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Aaron Neville

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DOB 01/24/41 Aaron Joseph Neville

The third born of the Neville brothers, Aaron has one of the most striking and unique voices in music today. He has finally achieved the mainstream recognition that always seemed so far out of reach. Although his current solo material may not be the first choice of long-term fans of the Neville Brothers, he has earned the right to record what he prefers. No matter what the source of his songs may be, he makes them all sound superb. Quiet and soft spoken, Aaron keeps a book of his own poetry (that we all hope he will put to music some day). A nonsmoker and nondrinker, he has remained married to his high-school sweetheart, Joel, for over 35 years.

His early influences were gospel and do-wop music, singers Pookie Hudson and Sam Cooke, and cowboy yodelers like Gene Autry and Roy Rogers. He liked to hang out on the street corners singing with his friends. Aaron's voice must have been remarkable even at that point, because he could get in basketball games free just by singing for the guy at the door. In 1955, a teacher at school encouraged Aaron to join the Avalons, a local vocal group.

Aaron's days of innocent youth didn't last long. He started hanging around with the wrong crowd. When Aaron came home with a pirate's cutlass tattooed on his left cheek, his dad was furious and tried to scrub it off with steel wool. In 1958, older brother Art joined the Navy, and Aaron took his place as the lead singer for the New Orleans group the Hawketts. By the time Aaron turned 18 he was married and serving time in the parish prison for auto theft. In jail, there wasn't much to do except sing and fight. Aaron spent part of his six-month sentence writing songs - both Over You and Jailhouse were written then. His fellow inmates encouraged him to record the songs upon release.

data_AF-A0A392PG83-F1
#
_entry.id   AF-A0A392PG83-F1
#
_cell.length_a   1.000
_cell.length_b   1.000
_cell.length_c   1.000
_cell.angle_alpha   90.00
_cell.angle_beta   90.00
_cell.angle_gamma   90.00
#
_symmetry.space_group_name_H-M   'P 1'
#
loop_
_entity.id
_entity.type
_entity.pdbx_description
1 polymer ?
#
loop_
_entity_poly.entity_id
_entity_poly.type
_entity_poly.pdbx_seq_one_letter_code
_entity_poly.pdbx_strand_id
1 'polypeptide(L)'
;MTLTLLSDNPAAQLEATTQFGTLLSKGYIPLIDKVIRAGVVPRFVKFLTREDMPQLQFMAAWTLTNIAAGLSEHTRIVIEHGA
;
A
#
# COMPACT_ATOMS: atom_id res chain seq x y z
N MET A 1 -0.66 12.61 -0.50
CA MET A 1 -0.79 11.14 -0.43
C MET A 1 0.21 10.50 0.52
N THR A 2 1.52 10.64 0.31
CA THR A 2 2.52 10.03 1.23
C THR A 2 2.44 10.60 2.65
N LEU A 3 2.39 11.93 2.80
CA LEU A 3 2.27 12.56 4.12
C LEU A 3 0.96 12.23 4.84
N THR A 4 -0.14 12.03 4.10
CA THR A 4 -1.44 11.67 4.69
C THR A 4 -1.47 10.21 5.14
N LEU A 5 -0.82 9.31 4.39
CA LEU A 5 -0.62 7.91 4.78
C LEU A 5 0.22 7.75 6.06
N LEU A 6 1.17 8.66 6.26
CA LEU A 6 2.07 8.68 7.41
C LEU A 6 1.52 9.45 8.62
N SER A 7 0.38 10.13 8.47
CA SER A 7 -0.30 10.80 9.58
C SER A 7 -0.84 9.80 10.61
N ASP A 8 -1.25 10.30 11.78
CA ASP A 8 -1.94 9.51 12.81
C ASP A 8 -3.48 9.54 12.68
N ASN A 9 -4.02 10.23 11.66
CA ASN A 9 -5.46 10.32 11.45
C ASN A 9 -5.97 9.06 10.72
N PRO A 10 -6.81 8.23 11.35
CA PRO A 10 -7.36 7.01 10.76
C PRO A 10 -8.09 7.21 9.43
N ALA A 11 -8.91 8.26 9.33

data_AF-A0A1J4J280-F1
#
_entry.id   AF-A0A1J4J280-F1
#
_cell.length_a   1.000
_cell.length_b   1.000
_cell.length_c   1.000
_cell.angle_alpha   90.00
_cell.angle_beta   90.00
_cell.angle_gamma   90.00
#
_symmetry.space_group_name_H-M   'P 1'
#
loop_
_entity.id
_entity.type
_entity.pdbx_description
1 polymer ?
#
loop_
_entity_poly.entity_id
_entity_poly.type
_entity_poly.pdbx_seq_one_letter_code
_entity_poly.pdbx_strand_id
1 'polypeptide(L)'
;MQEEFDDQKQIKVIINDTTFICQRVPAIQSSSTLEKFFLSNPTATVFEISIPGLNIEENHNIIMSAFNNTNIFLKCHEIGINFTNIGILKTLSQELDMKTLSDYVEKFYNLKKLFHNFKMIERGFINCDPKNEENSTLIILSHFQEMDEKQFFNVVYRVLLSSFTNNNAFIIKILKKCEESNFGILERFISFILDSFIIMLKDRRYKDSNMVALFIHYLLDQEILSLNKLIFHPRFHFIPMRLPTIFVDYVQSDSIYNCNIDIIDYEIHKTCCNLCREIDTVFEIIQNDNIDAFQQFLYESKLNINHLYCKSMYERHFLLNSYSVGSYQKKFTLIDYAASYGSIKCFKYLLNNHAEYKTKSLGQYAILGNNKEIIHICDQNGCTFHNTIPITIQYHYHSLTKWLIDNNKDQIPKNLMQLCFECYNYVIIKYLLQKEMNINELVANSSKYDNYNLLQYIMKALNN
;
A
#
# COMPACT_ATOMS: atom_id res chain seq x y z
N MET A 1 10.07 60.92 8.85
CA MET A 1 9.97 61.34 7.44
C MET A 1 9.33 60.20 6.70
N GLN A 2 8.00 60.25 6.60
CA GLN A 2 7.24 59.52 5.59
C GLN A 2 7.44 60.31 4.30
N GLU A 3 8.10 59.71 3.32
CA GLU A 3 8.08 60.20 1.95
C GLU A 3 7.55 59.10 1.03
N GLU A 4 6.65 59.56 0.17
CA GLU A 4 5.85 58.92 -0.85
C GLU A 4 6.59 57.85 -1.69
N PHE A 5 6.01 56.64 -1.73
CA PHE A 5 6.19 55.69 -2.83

Once back on the street, disc jockey Larry McKinley arranged for Aaron to audition for Allen Toussaint, who was looking for singers to record for the Minit record label. Between 1960 and 1961 Aaron recorded more than a dozen songs, almost all of them written by himself or Toussaint (using his "Namoi Neville" pen name). The combination of Aaron and Toussaint had terrific results. The Minit material like Wrong Number, Over You, Every Day, and I'm Waiting at the Station, firmly established Aaron as a serious vocalist. Although popular in New Orleans, the records made little impact on the national music scene. Aaron had to resort to menial jobs like dock worker and truck-driver to support his family.

In 1965, New Orleans musicians George Davis and Alvin "Red" Tyler, along with school teacher Warren Parker, started a record company called Parlo. They bought the rights to a song written by Lee Diamond, the former band leader for Little Richard. The song, Tell It Like It Is, took Diamond about 15 minutes to write. Parlo's owners, familiar with Aaron's vocal talent, asked him to record it. The song, which peaked at #2 on the national charts, was more than the local company could handle. Disputes developed between the owners, the song writer and Aaron. Lee Diamond as writer, received several thousand dollars, while Aaron received less. Parlo finally declared bankruptcy. Brother Art put together a backup band, and he and Aaron toured the country for almost a year on the strength of Tell It Like It Is. When they returned home, they added brother Cyril to the group and called themselves Art Neville and the Neville Sounds. They finally landed a six-night-a-week job in a Bourbon Street club. Because the stage was so small, Art had to reduce the size of the group. Regretfully, he had to layoff Aaron and Cyril.